watercolourmarkers dry
Water colour pen blocked in dry

When I’m sitting in a more comfortable space I can use the water pen to move the pigment around the page. It doesn’t matter if its a few hours later than the original sketch, the ink will still flow like watercolour.

watercolourmarkers wet
 Adding water with the Pentel Aquash water brush pen

They work best on a heavier watercolour paper, Saunders Waterford, Bockingford or Archers are all good watercolour paper brands.

I’m not going for super subtle washes like a painting, it’s more just like adding blocks and indication of colours to enhance the sketch.

If you like to add heavier water washes you need to get a sketchbook that has a good weight of watercolour paper. If the paper is too thin it can easily buckle when you add too much water.

I’ve found the Stillman & Birn sketchbooks have a great weight of paper for washes.

carbonblack

Every accomplished sketcher was a beginner once, and every artist I know has boxes and draws full of unused or unopened art materials, so don’t be hard on yourself if you try a new pen and it doesn’t seem to fit.

The first step is to try a few pens and find the one that suits you and I hope this guide gives you an insight into some useful starter sets.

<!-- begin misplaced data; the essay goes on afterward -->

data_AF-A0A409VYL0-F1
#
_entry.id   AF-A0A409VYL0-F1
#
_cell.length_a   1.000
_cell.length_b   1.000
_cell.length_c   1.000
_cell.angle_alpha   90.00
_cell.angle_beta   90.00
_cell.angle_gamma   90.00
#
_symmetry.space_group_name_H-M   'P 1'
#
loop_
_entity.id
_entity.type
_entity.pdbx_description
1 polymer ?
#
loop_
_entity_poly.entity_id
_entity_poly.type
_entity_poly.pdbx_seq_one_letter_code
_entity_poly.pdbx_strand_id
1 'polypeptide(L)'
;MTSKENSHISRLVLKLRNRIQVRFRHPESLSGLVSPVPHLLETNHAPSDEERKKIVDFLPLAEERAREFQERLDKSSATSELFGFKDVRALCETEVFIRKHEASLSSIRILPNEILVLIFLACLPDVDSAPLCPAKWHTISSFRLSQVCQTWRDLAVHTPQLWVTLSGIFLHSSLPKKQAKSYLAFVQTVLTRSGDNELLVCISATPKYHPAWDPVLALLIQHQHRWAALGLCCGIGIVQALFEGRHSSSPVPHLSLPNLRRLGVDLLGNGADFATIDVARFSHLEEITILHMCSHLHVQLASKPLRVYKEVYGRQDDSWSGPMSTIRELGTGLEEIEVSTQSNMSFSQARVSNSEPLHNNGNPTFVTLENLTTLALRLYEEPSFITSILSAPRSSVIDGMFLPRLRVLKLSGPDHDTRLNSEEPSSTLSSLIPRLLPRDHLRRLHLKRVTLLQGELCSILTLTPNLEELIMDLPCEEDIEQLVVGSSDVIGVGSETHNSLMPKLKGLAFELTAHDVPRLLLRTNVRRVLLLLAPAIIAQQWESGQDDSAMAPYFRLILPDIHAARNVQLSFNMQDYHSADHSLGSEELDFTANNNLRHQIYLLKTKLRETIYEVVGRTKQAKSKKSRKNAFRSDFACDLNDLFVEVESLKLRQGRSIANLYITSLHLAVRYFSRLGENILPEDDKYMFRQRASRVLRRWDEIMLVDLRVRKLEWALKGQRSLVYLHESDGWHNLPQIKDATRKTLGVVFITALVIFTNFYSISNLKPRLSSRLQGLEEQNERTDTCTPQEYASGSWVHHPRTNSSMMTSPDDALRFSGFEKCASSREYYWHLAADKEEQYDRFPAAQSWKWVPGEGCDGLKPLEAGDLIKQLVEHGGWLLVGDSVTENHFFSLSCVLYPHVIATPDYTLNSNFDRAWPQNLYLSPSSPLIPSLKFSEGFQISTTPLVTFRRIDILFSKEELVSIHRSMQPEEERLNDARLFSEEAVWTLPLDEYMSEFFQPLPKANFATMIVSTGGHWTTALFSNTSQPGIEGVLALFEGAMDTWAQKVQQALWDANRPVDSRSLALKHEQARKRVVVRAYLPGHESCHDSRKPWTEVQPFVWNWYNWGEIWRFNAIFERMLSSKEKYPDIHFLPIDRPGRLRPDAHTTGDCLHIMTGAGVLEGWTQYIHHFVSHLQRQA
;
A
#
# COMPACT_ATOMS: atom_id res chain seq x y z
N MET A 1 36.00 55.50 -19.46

Then you’ll find the materials will take a step back and your sketches will begin to flow, leaving you time to enjoy some of life’s other pleasures…

gelato

Tiramisu Mousse (think Marshmallow texture), Cherry Cheesecake and Pistachio Gelato from La Carraia, Florence, Italy

Testing 20 different ice cream flavours in 2 weeks isn’t an addiction, right?

This Post Has 146 Comments

  1. Just returning from two weeks in Italy, and don’t believe such a thing as too much gelato. Enjoyed it for lunch on several days. Loved the Rosemary Raspberry in Sienna.

    I so enjoy your art and your site. Wonderful and inspiring!

    1. Well I must agree, Rosemary Raspberry sounds epic, hope you had a great time, Sienna is really lovely.
      Cheers,
      Will

  2. I never realized it before but obviously you are an evil man Mr. Will Kemp. First you tempt me with art supplies and then you throw salt in the wound with amazingly luscious gelato. My day will be filled with unfulfilled longings now!!!

    Thank you for another interesting and as always helpful article Will. With the price’s of supplies being what they are it’s always helpful to have a good starting point.

    1. Ha, ha, pleased you enjoyed the article David, and hope you can track down some Gelato!

      1. Thank you Will. You have a great way of being so generous with your knowledge. xxoo I’m totally inspired to go out and give sketching a go. An order will follow just after you send me some gelato. (Great sketches….for sure.)

        1. You’re welcome Susan, pleased you’re feeling inspired to get sketching. I do agree, Gelato before and after sketching does seem to greatly improve my sketches!

          1. Will K: I thought I couldn’t draw but you have demonstrated how pure this minimalist drawing is…nothing too precise but flawless clarity. Neat, really neat. Got me a sketchpad already and will be drawing my heart out…………thanks to your encouraging way. For sure.

          2. Great to hear it Susan, you’re spot on, not too precise but trying to capture the essence of a space, pleased you’re feeling inspired.